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Behavioral Intervention Strategies and Supports

We can keep students in school and hold them accountable. Research on student engagement, academic success, dropout and graduation rates has shown the need to replace punitive discipline practices.

Fix School Discipline

Fix School Discipline External link opens in new window or tab.
Instead of correcting students’ behavior and making communities and schools safer, the quick removal methods, such as out-of-school suspension and expulsion, deprive students of the chance to receive the education and help that they need, making it more likely that they will drop out of school, enter the criminal justice system, and place their future options in jeopardy. There is a much better way to hold students accountable and keep schools safe.

Fix School Discipline Educator Toolkit External link opens in new window or tab. (Flash)
The "How We Can Fix School Discipline Toolkit for Educators" is a step-by-step guide to working together to change harsh discipline rules.

Fix School Discipline - Take Action External link opens in new window or tab.
Links to California and federal laws requiring the use of alternative to out-of-school discipline.

Suspension Rates and Expulsion Rates
DataQuest is the California Department of Education’s Web Reporting Portal which includes suspension and expulsion rates. The rates are based on individual student records and subgroup information is available using filter selections. Users may view data by race/ethnicity, gender, or grade level at the school, district, county, or state level. Suppression logic is triggered by enrollment counts to ensure privacy protection of students.

California Accountability Model and School Dashboard
Suspension data are included in the California School Dashboard to assist county offices of education, school districts, schools and charter schools to identify areas of improvement in their Local Control and Accountability Plans (LCAPs). Priority 6 of the LCAP should include clear goals and strategies for addressing areas of concern displayed on the California School Dashboard.

Other Means of Correction are Required by California Law External link opens in new window or tab.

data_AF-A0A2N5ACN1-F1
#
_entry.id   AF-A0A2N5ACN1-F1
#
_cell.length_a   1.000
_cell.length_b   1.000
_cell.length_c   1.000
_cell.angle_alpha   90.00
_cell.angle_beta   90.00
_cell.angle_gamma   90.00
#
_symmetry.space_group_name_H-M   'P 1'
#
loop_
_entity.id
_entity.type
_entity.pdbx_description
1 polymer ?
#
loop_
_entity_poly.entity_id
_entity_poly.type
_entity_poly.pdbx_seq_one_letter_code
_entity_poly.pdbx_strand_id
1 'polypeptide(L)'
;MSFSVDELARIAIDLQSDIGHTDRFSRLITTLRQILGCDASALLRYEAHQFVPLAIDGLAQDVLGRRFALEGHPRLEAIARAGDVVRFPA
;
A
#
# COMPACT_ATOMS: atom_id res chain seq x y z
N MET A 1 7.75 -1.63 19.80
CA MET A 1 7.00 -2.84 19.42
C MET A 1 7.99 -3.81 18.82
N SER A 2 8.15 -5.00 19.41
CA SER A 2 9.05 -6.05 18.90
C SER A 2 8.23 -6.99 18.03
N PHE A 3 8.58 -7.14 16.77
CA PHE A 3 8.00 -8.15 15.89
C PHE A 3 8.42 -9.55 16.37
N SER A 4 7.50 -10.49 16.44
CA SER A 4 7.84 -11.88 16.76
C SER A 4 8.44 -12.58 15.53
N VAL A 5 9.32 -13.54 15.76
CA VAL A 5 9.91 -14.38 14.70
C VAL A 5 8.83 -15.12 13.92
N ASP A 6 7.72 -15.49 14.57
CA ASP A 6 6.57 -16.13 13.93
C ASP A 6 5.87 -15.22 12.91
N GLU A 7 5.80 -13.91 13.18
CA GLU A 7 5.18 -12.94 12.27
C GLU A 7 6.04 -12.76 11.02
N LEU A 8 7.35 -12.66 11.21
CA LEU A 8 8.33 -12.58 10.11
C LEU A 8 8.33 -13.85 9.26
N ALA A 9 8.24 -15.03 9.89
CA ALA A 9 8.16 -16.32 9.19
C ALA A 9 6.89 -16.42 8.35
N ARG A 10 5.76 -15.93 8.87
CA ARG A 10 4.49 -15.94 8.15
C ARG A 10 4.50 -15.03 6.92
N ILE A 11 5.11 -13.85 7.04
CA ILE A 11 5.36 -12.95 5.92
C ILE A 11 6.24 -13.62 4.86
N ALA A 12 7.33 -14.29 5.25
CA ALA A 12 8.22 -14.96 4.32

California Education Code (EC) Section 48900.5 provides that suspension, including supervised suspension as described in EC Section 48911.1, shall be imposed only when other means of correction fail to bring about proper conduct.

Workforce Readiness Includes Addressing Barriers (DOCX)
California’s Federal Strengthening Career and Technical Education for the 21st Century Act (Perkins V) State Plan includes specific language providing that workforce readiness includes efforts focused on addressing attendance and behavioral challenges. This includes enrolling students in educational options schools and programs, and diverting youth from the school-to-prison pipeline, so that students can eventually obtain and maintain successful jobs. It is important to have a framework of supportive interventions that are designed to be educational and developmental, rather than be punitive, particularly when these supportive interventions are considered within the larger context of workforce readiness. The language also identified educator mindsets and approaches to special populations as a barrier and that professional development is needed to address overall issues of bias and equity. Other sections include language linking counseling supports to address undermining difficulties stemming from social-emotional challenges students have faced.

Restorative Justice Programs as Promising Practices External link opens in new window or tab. (Video; 5:46)
Growing Fairness is a short documentary film about “growing” restorative justice practices in public schools, including schools in Oakland, California.

Questions: Dan Sackheim | | 916-445-5595 
Last Reviewed: Tuesday, December 27, 2022